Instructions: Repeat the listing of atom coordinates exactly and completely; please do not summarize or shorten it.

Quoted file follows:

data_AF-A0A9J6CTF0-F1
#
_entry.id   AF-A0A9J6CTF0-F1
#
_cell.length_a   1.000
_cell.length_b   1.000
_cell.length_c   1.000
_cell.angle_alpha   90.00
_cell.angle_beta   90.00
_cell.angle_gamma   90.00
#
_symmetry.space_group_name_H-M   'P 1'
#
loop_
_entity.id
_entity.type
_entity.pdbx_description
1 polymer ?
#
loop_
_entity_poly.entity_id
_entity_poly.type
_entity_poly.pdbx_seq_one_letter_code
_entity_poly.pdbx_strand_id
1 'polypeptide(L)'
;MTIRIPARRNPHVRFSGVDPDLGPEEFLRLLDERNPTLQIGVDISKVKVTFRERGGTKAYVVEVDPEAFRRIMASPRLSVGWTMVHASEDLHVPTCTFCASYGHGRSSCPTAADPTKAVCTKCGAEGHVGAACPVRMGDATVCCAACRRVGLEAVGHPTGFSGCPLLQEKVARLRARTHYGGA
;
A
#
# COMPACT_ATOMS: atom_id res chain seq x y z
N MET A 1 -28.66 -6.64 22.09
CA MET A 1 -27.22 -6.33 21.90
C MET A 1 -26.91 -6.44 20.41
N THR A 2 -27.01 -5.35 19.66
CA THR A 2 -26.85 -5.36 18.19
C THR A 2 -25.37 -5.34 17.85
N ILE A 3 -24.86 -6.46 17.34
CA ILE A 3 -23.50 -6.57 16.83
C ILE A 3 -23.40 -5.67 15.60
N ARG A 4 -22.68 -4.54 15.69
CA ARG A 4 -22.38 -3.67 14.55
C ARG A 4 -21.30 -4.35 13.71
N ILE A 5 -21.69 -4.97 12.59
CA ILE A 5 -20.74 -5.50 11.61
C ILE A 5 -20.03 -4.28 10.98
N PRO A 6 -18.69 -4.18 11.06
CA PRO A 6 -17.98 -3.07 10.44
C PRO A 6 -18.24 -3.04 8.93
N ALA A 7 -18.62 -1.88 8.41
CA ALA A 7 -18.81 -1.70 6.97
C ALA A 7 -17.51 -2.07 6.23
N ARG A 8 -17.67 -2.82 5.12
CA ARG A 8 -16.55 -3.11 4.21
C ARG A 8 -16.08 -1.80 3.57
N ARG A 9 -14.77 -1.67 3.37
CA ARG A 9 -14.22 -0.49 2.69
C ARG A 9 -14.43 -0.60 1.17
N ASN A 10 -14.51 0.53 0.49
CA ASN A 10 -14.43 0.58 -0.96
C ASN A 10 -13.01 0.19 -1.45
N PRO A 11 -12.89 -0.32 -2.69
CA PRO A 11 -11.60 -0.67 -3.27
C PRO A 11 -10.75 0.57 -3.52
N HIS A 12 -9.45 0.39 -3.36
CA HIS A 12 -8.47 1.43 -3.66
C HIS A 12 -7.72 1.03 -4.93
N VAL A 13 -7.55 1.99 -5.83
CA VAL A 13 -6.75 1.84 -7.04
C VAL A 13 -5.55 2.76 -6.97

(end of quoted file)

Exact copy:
data_AF-A0A9J6CTF0-F1
#
_entry.id   AF-A0A9J6CTF0-F1
#
_cell.length_a   1.000
_cell.length_b   1.000
_cell.length_c   1.000
_cell.angle_alpha   90.00
_cell.angle_beta   90.00
_cell.angle_gamma   90.00
#
_symmetry.space_group_name_H-M   'P 1'
#
loop_
_entity.id
_entity.type
_entity.pdbx_description
1 polymer ?
#
loop_
_entity_poly.entity_id
_entity_poly.type
_entity_poly.pdbx_seq_one_letter_code
_entity_poly.pdbx_strand_id
1 'polypeptide(L)'
;MTIRIPARRNPHVRFSGVDPDLGPEEFLRLLDERNPTLQIGVDISKVKVTFRERGGTKAYVVEVDPEAFRRIMASPRLSVGWTMVHASEDLHVPTCTFCASYGHGRSSCPTAADPTKAVCTKCGAEGHVGAACPVRMGDATVCCAACRRVGLEAVGHPTGFSGCPLLQEKVARLRARTHYGGA
;
A
#
# COMPACT_ATOMS: atom_id res chain seq x y z
N MET A 1 -28.66 -6.64 22.09
CA MET A 1 -27.22 -6.33 21.90
C MET A 1 -26.91 -6.44 20.41
N THR A 2 -27.01 -5.35 19.66
CA THR A 2 -26.85 -5.36 18.19
C THR A 2 -25.37 -5.34 17.85
N ILE A 3 -24.86 -6.46 17.34
CA ILE A 3 -23.50 -6.57 16.83
C ILE A 3 -23.40 -5.67 15.60
N ARG A 4 -22.68 -4.54 15.69
CA ARG A 4 -22.38 -3.67 14.55
C ARG A 4 -21.30 -4.35 13.71
N ILE A 5 -21.69 -4.97 12.59
CA ILE A 5 -20.74 -5.50 11.61
C ILE A 5 -20.03 -4.28 10.98
N PRO A 6 -18.69 -4.18 11.06
CA PRO A 6 -17.98 -3.07 10.44
C PRO A 6 -18.24 -3.04 8.93
N ALA A 7 -18.62 -1.88 8.41
CA ALA A 7 -18.81 -1.70 6.97
C ALA A 7 -17.51 -2.07 6.23
N ARG A 8 -17.67 -2.82 5.12
CA ARG A 8 -16.55 -3.11 4.21
C ARG A 8 -16.08 -1.80 3.57
N ARG A 9 -14.77 -1.67 3.37
CA ARG A 9 -14.22 -0.49 2.69
C ARG A 9 -14.43 -0.60 1.17
N ASN A 10 -14.51 0.53 0.49
CA ASN A 10 -14.43 0.58 -0.96
C ASN A 10 -13.01 0.19 -1.45
N PRO A 11 -12.89 -0.32 -2.69
CA PRO A 11 -11.60 -0.67 -3.27
C PRO A 11 -10.75 0.57 -3.52
N HIS A 12 -9.45 0.39 -3.36
CA HIS A 12 -8.47 1.43 -3.66
C HIS A 12 -7.72 1.03 -4.93
N VAL A 13 -7.55 1.99 -5.83
CA VAL A 13 -6.75 1.84 -7.04
C VAL A 13 -5.55 2.76 -6.97